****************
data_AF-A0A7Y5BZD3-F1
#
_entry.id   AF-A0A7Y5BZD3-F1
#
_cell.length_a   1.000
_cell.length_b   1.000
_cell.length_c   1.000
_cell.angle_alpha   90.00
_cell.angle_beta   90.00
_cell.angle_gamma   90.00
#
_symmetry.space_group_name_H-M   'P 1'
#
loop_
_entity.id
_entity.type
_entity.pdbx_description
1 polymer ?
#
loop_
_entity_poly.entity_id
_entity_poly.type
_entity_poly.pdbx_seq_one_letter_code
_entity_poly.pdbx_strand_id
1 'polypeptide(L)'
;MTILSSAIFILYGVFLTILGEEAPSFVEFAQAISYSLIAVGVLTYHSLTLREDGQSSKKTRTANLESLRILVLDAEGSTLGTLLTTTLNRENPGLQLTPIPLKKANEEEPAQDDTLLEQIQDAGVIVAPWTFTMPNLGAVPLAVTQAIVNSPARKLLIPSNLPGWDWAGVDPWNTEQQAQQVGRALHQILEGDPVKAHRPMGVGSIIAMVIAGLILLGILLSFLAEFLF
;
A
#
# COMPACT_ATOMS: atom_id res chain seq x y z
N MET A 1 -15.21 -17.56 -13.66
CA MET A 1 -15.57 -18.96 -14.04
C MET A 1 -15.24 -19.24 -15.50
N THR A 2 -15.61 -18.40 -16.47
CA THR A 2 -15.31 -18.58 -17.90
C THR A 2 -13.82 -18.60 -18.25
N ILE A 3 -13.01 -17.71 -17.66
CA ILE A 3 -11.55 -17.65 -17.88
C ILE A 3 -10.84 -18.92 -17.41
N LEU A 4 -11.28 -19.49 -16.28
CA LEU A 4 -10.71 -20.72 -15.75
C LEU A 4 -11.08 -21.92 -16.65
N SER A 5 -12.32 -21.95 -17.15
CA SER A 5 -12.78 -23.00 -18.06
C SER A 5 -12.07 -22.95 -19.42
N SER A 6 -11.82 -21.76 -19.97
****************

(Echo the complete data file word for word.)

data_AF-A0A7Y5BZD3-F1
#
_entry.id   AF-A0A7Y5BZD3-F1
#
_cell.length_a   1.000
_cell.length_b   1.000
_cell.length_c   1.000
_cell.angle_alpha   90.00
_cell.angle_beta   90.00
_cell.angle_gamma   90.00
#
_symmetry.space_group_name_H-M   'P 1'
#
loop_
_entity.id
_entity.type
_entity.pdbx_description
1 polymer ?
#
loop_
_entity_poly.entity_id
_entity_poly.type
_entity_poly.pdbx_seq_one_letter_code
_entity_poly.pdbx_strand_id
1 'polypeptide(L)'
;MTILSSAIFILYGVFLTILGEEAPSFVEFAQAISYSLIAVGVLTYHSLTLREDGQSSKKTRTANLESLRILVLDAEGSTLGTLLTTTLNRENPGLQLTPIPLKKANEEEPAQDDTLLEQIQDAGVIVAPWTFTMPNLGAVPLAVTQAIVNSPARKLLIPSNLPGWDWAGVDPWNTEQQAQQVGRALHQILEGDPVKAHRPMGVGSIIAMVIAGLILLGILLSFLAEFLF
;
A
#
# COMPACT_ATOMS: atom_id res chain seq x y z
N MET A 1 -15.21 -17.56 -13.66
CA MET A 1 -15.57 -18.96 -14.04
C MET A 1 -15.24 -19.24 -15.50
N THR A 2 -15.61 -18.40 -16.47
CA THR A 2 -15.31 -18.58 -17.90
C THR A 2 -13.82 -18.60 -18.25
N ILE A 3 -13.01 -17.71 -17.66
CA ILE A 3 -11.55 -17.65 -17.88
C ILE A 3 -10.84 -18.92 -17.41
N LEU A 4 -11.28 -19.49 -16.28
CA LEU A 4 -10.71 -20.72 -15.75
C LEU A 4 -11.08 -21.92 -16.65
N SER A 5 -12.32 -21.95 -17.15
CA SER A 5 -12.78 -23.00 -18.06
C SER A 5 -12.07 -22.95 -19.42
N SER A 6 -11.82 -21.76 -19.97